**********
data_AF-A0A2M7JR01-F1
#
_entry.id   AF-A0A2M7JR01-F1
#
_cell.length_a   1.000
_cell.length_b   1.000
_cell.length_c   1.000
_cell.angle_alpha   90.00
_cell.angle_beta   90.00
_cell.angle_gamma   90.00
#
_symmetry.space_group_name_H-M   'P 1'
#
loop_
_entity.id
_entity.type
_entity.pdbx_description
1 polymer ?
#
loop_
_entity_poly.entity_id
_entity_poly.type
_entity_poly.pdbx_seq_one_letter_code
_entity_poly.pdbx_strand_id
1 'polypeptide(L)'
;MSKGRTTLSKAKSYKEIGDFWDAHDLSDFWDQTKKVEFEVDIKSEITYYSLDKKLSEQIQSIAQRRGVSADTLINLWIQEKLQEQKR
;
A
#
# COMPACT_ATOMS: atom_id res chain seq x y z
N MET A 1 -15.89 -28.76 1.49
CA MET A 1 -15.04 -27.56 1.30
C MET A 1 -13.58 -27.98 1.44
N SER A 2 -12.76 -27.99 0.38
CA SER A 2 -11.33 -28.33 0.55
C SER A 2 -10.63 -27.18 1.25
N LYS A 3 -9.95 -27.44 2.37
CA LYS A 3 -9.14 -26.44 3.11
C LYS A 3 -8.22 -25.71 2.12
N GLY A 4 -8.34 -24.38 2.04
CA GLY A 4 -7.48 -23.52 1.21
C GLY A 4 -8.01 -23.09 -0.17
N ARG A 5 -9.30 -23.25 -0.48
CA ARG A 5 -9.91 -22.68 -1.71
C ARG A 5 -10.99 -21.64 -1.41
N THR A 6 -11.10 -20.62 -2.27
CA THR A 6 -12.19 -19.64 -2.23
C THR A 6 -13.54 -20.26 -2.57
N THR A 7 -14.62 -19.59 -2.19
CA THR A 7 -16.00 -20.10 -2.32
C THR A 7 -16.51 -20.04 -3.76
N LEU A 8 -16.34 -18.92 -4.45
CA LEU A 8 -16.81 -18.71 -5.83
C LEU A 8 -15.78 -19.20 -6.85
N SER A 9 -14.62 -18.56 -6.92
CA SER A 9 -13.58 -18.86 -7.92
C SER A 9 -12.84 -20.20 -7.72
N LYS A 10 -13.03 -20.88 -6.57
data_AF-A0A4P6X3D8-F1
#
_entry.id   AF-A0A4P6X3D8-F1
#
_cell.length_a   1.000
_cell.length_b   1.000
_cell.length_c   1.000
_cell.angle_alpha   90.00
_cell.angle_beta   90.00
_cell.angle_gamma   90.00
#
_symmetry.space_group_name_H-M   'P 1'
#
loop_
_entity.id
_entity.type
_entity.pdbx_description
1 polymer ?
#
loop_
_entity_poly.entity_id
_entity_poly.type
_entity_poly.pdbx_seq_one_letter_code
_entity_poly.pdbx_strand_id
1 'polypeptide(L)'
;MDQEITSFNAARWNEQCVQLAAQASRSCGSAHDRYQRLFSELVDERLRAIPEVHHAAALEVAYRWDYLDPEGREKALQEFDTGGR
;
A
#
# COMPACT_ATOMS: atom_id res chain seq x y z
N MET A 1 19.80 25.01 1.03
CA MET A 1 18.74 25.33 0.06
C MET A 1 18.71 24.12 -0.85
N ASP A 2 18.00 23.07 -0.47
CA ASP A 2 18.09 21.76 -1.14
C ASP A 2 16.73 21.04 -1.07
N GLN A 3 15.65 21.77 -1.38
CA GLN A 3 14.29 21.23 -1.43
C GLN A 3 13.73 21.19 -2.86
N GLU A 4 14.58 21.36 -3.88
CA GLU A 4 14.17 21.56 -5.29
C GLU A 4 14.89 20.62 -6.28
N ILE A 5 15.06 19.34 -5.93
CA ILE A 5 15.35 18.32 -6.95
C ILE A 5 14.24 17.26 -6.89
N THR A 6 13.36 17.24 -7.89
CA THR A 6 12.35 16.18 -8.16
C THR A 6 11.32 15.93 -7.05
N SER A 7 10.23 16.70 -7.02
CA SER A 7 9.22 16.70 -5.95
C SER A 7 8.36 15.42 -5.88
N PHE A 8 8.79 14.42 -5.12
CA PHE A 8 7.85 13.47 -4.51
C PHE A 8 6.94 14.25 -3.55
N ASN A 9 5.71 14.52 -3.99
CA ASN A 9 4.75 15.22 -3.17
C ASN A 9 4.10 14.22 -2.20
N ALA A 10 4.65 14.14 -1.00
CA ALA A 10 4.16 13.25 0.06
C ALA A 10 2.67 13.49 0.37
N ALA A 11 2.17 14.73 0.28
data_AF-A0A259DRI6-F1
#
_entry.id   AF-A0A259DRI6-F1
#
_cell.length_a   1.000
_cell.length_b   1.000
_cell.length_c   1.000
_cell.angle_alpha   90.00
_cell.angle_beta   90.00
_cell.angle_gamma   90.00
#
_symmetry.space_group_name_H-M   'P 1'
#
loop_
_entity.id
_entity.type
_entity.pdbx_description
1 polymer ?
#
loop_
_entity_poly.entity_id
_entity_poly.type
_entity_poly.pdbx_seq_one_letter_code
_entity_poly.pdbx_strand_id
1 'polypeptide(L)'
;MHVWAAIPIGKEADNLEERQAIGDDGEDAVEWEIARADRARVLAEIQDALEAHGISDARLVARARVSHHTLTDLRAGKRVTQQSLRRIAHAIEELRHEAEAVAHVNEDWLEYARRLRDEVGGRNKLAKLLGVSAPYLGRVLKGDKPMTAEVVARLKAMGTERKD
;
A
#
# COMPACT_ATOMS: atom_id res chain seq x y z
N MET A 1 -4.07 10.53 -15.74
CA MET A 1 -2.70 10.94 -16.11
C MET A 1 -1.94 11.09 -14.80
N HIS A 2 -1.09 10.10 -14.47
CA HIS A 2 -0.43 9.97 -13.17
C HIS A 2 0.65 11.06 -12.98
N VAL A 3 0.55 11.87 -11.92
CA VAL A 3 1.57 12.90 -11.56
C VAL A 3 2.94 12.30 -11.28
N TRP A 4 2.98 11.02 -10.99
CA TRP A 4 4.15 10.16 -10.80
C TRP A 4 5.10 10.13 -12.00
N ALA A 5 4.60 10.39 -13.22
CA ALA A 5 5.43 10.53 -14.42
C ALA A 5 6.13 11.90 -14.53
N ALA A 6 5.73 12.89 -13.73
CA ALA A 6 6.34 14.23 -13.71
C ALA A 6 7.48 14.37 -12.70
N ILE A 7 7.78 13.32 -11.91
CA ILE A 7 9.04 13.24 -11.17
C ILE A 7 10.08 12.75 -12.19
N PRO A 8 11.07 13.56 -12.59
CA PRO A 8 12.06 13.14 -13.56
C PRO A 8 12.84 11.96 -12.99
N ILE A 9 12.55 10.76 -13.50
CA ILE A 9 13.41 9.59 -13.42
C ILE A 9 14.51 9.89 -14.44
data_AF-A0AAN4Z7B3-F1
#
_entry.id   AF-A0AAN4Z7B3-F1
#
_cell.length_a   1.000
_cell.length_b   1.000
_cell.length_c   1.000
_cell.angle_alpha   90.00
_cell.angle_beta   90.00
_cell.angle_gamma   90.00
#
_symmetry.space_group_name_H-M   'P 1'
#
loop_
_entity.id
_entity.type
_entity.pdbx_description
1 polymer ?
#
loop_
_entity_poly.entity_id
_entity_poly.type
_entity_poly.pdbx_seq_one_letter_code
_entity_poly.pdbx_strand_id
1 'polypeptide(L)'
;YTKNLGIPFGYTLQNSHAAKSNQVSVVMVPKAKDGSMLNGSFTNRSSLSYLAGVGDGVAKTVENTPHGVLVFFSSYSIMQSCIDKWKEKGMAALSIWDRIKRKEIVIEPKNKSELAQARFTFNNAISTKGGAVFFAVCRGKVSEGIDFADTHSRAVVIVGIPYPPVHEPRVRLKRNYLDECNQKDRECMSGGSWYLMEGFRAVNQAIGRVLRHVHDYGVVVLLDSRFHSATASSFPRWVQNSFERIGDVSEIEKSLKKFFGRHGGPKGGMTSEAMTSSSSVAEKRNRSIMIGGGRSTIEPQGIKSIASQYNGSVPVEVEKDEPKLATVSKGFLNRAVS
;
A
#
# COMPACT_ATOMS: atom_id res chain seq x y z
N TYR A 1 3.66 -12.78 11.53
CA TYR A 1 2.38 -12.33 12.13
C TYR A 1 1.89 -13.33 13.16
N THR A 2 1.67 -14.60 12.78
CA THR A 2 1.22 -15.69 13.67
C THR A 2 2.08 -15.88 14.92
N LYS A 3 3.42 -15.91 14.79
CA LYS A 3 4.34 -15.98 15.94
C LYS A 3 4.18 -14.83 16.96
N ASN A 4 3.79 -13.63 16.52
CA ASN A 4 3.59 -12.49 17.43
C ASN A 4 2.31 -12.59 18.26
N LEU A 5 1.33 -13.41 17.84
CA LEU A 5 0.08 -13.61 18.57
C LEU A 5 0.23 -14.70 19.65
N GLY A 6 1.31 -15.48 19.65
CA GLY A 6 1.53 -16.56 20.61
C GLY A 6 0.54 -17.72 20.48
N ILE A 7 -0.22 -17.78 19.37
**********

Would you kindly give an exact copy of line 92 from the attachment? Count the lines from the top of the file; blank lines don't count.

N ASP A 2 18.00 23.07 -0.47